Itai went on, "That fish is something like a curse. It's making us obscene to other people." Roopa was scarcely listening. Her eyes were on the clown fish, tracking its movements as it swam about near the ceiling. Itai took a deep breath. He usually didn't have much to say, but when he decided to talk he liked to give a speech. "Six days ago I telephoned my mother in Harare. She is a good, honest woman and a strong Christian. She has spoken to her religious leaders about our problem here, and she even went so far as to talk to the traditional healers. She phoned me last night to give me advice. She has it on good authority that this thing is an evil spirit sent to test us. A messenger of Satan. It's like what happened to Saint Paul in the bible. We must pray, Roopa. We must not be frightened. We must confess our sins, pray, and put our trust in God. We must defy the works of Satan." He thumped his desk with his fist for emphasis. Then he turned his eyes to Mark, "If you will agree, let us bow our heads." Mark, who was known to parade his atheism, did not demur; he closed his eyes, as did Roopa, while Itai prayed with much lamenting, in the African way: "Father God, please hear us, we are miserable sinners and we are unworthy of your love, unworthy of the Christ, your only Son. Oh, Father God, please pity us …" The prayer went on for a long time but afterwards the clown fish was still there. "Our faith is being tested," Itai said.
The next day Mark said, "Why don't we just resign."
Roopa's eyes filled with tears, "What if the fish follows us to somewhere else?"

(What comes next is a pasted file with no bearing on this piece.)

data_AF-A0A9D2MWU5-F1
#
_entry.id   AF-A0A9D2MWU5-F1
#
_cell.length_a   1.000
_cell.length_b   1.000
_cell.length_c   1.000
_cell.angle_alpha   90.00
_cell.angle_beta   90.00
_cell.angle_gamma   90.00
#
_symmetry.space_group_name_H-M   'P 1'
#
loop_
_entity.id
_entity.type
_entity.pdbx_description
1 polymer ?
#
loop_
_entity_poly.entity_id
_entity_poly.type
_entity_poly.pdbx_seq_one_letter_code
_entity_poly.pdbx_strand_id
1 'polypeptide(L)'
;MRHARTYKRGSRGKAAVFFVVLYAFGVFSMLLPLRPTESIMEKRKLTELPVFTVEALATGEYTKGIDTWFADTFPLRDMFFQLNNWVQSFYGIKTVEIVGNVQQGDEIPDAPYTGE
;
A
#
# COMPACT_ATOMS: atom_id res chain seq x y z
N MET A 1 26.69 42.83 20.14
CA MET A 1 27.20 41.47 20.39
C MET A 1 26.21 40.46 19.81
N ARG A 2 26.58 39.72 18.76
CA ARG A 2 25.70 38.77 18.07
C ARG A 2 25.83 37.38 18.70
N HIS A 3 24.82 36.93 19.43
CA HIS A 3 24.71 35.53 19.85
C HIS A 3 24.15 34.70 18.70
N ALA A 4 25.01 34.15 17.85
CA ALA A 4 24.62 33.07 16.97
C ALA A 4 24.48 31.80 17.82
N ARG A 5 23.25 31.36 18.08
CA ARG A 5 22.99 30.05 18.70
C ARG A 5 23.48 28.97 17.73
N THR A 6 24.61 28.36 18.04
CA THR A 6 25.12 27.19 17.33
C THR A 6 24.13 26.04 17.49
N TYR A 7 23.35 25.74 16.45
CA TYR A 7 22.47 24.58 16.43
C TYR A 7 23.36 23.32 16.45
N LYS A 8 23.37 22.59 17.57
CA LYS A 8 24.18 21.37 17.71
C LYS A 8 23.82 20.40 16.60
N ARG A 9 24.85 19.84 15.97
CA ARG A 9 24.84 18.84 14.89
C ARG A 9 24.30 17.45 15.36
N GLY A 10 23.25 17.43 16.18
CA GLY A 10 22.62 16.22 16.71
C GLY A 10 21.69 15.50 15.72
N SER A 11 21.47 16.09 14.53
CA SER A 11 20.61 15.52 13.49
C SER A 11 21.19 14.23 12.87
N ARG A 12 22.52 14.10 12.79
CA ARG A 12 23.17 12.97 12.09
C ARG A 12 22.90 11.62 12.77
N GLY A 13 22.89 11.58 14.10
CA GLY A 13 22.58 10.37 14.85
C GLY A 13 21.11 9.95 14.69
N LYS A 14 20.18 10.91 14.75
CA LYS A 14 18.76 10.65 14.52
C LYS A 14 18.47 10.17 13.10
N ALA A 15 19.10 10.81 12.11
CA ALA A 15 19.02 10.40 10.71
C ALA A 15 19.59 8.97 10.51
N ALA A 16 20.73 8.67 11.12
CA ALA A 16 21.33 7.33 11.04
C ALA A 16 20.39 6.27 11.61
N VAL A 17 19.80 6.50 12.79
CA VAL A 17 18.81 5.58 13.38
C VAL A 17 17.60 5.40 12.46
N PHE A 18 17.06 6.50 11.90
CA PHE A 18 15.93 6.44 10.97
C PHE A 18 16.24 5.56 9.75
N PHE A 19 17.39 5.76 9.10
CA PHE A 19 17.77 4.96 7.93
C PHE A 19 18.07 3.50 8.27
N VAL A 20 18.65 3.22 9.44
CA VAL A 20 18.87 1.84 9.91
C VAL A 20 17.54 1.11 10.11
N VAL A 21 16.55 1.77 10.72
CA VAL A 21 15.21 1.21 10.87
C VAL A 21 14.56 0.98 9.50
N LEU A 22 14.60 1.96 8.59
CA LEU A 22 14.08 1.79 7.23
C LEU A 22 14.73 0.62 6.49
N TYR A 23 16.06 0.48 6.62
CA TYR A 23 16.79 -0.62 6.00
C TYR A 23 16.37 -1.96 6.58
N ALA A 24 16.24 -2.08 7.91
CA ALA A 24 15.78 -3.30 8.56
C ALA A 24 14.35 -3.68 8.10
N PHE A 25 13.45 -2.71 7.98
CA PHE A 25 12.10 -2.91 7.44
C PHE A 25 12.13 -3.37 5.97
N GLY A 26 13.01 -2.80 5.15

The three of them gazed mournfully at the air swimmer from their desks. Tacitly, they agreed that such a thing would be unbearable.
"Maybe the little thing thinks we are sea anemones," said Roopa, giggling nervously. She had a sudden vision of herself as a woman with a crown of tentacles instead of a head.
"Perhaps we should try an insecticide," said Itai, "for flying insects."
"From prayer to pyrethrins," Mark said, "why not?"
But the can of pesticide gave Roopa asthma and the fish went on swimming above the printer and the shredder.
That night they found themselves huddling in a bar again, drinking heavily. Going straight home seemed to have become impossible for them. By midnight they were confiding in passing strangers, catching hold of them like three ancient mariners.
"Dude, we have a fish in our office. I know it sounds crazy, but a fish!"
"Oh yeah," said a young lawyer with blue eyes and a cow's lick, "You're lucky. We have a couple of sharks."
"It's isn't funny, dude. I hope you end up with an ocean sunfish," even dead drunk, Mark couldn't resist showing off his superior fund of general knowledge. The lawyer he had caught hold of shook Mark off and walked on, blissfully unable to tell a sunfish from a goldfish.
"Mark," Roopa asked nastily, "why do you call everyone 'dude' when you're inebriated? Do you start thinking you're cool or something?"
"Shut up," said Mark.